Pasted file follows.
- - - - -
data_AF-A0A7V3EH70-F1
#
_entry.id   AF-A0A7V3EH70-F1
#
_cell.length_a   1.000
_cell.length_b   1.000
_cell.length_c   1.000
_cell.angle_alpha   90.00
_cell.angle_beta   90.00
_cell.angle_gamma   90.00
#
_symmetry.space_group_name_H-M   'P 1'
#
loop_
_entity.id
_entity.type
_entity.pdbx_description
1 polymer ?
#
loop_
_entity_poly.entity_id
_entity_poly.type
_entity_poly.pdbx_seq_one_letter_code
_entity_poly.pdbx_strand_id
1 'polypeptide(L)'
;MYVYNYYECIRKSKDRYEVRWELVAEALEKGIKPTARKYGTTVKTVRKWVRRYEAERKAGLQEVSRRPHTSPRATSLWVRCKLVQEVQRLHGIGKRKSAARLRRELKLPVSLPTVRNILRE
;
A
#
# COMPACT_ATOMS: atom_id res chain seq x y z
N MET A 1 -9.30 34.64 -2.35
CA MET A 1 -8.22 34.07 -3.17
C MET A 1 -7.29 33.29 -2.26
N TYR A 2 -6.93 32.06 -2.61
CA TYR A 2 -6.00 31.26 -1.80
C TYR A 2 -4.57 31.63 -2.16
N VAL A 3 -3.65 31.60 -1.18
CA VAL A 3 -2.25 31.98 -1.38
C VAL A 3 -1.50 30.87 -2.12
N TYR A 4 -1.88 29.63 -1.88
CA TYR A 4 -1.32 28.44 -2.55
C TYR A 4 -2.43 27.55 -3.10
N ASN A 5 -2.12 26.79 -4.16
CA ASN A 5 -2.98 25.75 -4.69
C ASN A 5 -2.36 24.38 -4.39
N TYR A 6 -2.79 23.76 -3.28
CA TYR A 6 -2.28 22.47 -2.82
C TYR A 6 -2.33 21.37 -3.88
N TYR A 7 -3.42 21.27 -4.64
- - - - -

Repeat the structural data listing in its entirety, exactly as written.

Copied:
data_AF-A0A7V3EH70-F1
#
_entry.id   AF-A0A7V3EH70-F1
#
_cell.length_a   1.000
_cell.length_b   1.000
_cell.length_c   1.000
_cell.angle_alpha   90.00
_cell.angle_beta   90.00
_cell.angle_gamma   90.00
#
_symmetry.space_group_name_H-M   'P 1'
#
loop_
_entity.id
_entity.type
_entity.pdbx_description
1 polymer ?
#
loop_
_entity_poly.entity_id
_entity_poly.type
_entity_poly.pdbx_seq_one_letter_code
_entity_poly.pdbx_strand_id
1 'polypeptide(L)'
;MYVYNYYECIRKSKDRYEVRWELVAEALEKGIKPTARKYGTTVKTVRKWVRRYEAERKAGLQEVSRRPHTSPRATSLWVRCKLVQEVQRLHGIGKRKSAARLRRELKLPVSLPTVRNILRE
;
A
#
# COMPACT_ATOMS: atom_id res chain seq x y z
N MET A 1 -9.30 34.64 -2.35
CA MET A 1 -8.22 34.07 -3.17
C MET A 1 -7.29 33.29 -2.26
N TYR A 2 -6.93 32.06 -2.61
CA TYR A 2 -6.00 31.26 -1.80
C TYR A 2 -4.57 31.63 -2.16
N VAL A 3 -3.65 31.60 -1.18
CA VAL A 3 -2.25 31.98 -1.38
C VAL A 3 -1.50 30.87 -2.12
N TYR A 4 -1.88 29.63 -1.88
CA TYR A 4 -1.32 28.44 -2.55
C TYR A 4 -2.43 27.55 -3.10
N ASN A 5 -2.12 26.79 -4.16
CA ASN A 5 -2.98 25.75 -4.69
C ASN A 5 -2.36 24.38 -4.39
N TYR A 6 -2.79 23.76 -3.28
CA TYR A 6 -2.28 22.47 -2.82
C TYR A 6 -2.33 21.37 -3.88
N TYR A 7 -3.42 21.27 -4.64